China is getting ready to send three astronauts to live on its space station for six months in what will be the country’s longest crewed mission to date.
Set to launch at 12:23 am (Beijing time) on Saturday, the Shenzhou-13 spaceship carrying the three taikonauts is expected to blast off on a Long March-2F rocket from the Jiuquan Satellite Launch Center on the edge of the Gobi Desert in northwestern China.
The crew consists of commander Zhai Zhigang, military pilot Wang Yaping and newcomer Ye Guangfu. Zhigang, 55, is a former People's Liberation Army (PLA) fighter pilot who in 2008 performed the first spacewalk by a Chinese astronaut.
Yaping, 41, will become the first woman astronaut to visit the nation's space station. She previously became China's second woman in space in 2013, meanwhile former Air Force pilot Guangfu, 41, will be traveling into space for the first time.
Speaking to reporters through a glass barrier at the Jiuquan base during a press conference Thursday, Zhigang said the length of the mission would be a challenge, but one he was confident they were prepared to meet.
"After almost two years of training (together), our crew members now know each other well and have a tacit understanding. I believe that with the power and wisdom of our team, (we) will definitely resolve all difficulties," he said.
Although this will be the first crew to experience a six month stay at the space station complex – Shenzhou-12 crew returned after 90 days – it will not be the last, as all subsequent missions are expected to be of the same duration said Lin Xiqiang, deputy director of the CMSA.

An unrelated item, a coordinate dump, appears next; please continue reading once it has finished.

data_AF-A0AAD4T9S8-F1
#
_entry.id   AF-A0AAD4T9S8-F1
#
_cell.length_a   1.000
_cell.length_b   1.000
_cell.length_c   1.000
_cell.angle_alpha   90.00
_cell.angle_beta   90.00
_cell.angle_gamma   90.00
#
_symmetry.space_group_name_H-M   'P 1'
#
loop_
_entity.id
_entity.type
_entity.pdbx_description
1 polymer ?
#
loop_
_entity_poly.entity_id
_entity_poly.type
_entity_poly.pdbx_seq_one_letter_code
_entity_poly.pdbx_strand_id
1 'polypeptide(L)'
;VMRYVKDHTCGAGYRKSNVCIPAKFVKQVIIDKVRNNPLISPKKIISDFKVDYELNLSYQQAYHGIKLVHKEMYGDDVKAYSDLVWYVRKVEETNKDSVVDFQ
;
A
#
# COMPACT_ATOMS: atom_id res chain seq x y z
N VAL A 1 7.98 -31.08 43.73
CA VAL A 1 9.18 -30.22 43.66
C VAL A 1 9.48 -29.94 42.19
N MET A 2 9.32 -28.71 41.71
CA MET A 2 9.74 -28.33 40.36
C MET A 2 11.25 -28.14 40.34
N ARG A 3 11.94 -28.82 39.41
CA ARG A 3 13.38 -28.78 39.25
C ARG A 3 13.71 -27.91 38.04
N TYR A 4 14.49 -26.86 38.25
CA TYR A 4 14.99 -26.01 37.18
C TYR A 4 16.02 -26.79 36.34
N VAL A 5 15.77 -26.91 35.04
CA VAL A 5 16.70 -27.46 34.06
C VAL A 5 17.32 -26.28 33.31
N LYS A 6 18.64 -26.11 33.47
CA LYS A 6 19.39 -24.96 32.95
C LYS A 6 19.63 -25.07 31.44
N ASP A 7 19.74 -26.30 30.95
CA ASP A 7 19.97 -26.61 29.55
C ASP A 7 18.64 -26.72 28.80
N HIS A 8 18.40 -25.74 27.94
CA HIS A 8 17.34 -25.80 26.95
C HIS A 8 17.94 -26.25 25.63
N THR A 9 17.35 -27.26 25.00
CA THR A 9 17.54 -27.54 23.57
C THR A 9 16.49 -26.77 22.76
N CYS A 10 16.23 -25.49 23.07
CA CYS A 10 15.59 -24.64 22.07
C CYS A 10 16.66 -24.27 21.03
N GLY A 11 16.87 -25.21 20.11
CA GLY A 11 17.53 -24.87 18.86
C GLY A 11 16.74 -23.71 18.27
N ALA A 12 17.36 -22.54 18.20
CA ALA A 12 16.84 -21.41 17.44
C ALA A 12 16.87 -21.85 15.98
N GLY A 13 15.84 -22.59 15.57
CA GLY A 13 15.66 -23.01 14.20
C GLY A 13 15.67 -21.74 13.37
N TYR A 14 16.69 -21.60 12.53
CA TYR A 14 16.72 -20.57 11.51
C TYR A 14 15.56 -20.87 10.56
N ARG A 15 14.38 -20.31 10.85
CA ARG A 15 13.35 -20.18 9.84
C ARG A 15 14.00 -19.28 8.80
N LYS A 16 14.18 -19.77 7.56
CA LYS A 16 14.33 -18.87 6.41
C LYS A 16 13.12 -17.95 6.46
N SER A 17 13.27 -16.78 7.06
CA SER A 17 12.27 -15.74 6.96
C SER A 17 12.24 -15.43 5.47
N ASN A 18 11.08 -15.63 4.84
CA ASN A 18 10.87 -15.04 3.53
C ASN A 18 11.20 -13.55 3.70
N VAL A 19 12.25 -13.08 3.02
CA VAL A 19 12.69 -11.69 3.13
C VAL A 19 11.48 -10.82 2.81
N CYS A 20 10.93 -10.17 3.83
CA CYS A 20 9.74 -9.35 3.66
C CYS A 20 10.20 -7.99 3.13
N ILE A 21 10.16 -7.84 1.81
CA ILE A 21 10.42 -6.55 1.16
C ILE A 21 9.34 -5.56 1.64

It will be physically and psychologically challenging to work and live in a zero-gravity environment for six months, Xiqiang said, adding that the astronauts will have in-orbit exercises and mental health support to help them stay at their best.
During their stay, the team will continue the work of the Shenzhou-12 crew, and will also complete "two to three" spacewalks to install components needed for future construction work, Xiqiang said.
Having been excluded from the International Space Station largely due to US objections about national security – China's military runs its space programme, an aspect that does not sit well with US Congress – China says it has plans to carry out more in-depth international cooperation on its space station, making it a space lab for the benefit of all humanity.
"The construction of China's space station will provide a better platform for wider international cooperation, including joint astronaut flights," Xiqiang said.
He said the cooperation on astronaut selection and training has already taken place between China and foreign countries.
Guangfu for example became the first Chinese astronaut in 2016 to attend ESA's underground astronaut training course CAVES (Cooperative Adventure for Valuing and Exercising human behavior and performance Skills).
As it sounds, CAVES involves astronauts from around the world staying underground in a Sardinian cave for six days to work on multi-cultural approaches to leadership, teamwork and decision-making in a space-like environment.
When asked about the experience of CAVES at Thursday’s press conference, Guangfu said exploring the space and building a space home are the common mission and pursuit of all astronauts. "I am looking forward to meeting with my international counterparts in space and wish they can pay a visit to China's space station as a guest."